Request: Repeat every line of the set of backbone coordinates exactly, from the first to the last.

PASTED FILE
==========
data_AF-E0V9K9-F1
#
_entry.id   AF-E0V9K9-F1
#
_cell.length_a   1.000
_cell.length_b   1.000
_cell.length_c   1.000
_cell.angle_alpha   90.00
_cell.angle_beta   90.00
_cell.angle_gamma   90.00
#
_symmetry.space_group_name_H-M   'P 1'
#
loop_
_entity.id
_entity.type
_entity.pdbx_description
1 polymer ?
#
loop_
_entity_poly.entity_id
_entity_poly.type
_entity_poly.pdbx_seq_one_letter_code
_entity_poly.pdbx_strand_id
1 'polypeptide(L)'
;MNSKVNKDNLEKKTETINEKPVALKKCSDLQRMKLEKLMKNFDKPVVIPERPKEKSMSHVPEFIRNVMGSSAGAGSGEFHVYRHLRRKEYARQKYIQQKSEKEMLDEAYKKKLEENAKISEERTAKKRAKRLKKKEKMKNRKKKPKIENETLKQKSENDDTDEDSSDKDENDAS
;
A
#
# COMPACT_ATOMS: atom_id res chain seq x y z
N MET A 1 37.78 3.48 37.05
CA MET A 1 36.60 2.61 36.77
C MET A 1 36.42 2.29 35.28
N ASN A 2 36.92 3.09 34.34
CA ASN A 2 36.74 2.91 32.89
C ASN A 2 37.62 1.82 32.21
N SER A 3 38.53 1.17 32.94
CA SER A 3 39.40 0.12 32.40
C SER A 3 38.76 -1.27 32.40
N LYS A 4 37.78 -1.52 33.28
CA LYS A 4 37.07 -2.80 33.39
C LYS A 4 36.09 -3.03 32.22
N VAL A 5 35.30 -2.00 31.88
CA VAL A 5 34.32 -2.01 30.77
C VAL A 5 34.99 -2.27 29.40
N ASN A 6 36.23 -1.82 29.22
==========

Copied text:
data_AF-E0V9K9-F1
#
_entry.id   AF-E0V9K9-F1
#
_cell.length_a   1.000
_cell.length_b   1.000
_cell.length_c   1.000
_cell.angle_alpha   90.00
_cell.angle_beta   90.00
_cell.angle_gamma   90.00
#
_symmetry.space_group_name_H-M   'P 1'
#
loop_
_entity.id
_entity.type
_entity.pdbx_description
1 polymer ?
#
loop_
_entity_poly.entity_id
_entity_poly.type
_entity_poly.pdbx_seq_one_letter_code
_entity_poly.pdbx_strand_id
1 'polypeptide(L)'
;MNSKVNKDNLEKKTETINEKPVALKKCSDLQRMKLEKLMKNFDKPVVIPERPKEKSMSHVPEFIRNVMGSSAGAGSGEFHVYRHLRRKEYARQKYIQQKSEKEMLDEAYKKKLEENAKISEERTAKKRAKRLKKKEKMKNRKKKPKIENETLKQKSENDDTDEDSSDKDENDAS
;
A
#
# COMPACT_ATOMS: atom_id res chain seq x y z
N MET A 1 37.78 3.48 37.05
CA MET A 1 36.60 2.61 36.77
C MET A 1 36.42 2.29 35.28
N ASN A 2 36.92 3.09 34.34
CA ASN A 2 36.74 2.91 32.89
C ASN A 2 37.62 1.82 32.21
N SER A 3 38.53 1.17 32.94
CA SER A 3 39.40 0.12 32.40
C SER A 3 38.76 -1.27 32.40
N LYS A 4 37.78 -1.52 33.28
CA LYS A 4 37.07 -2.80 33.39
C LYS A 4 36.09 -3.03 32.22
N VAL A 5 35.30 -2.00 31.88
CA VAL A 5 34.32 -2.01 30.77
C VAL A 5 34.99 -2.27 29.40
N ASN A 6 36.23 -1.82 29.22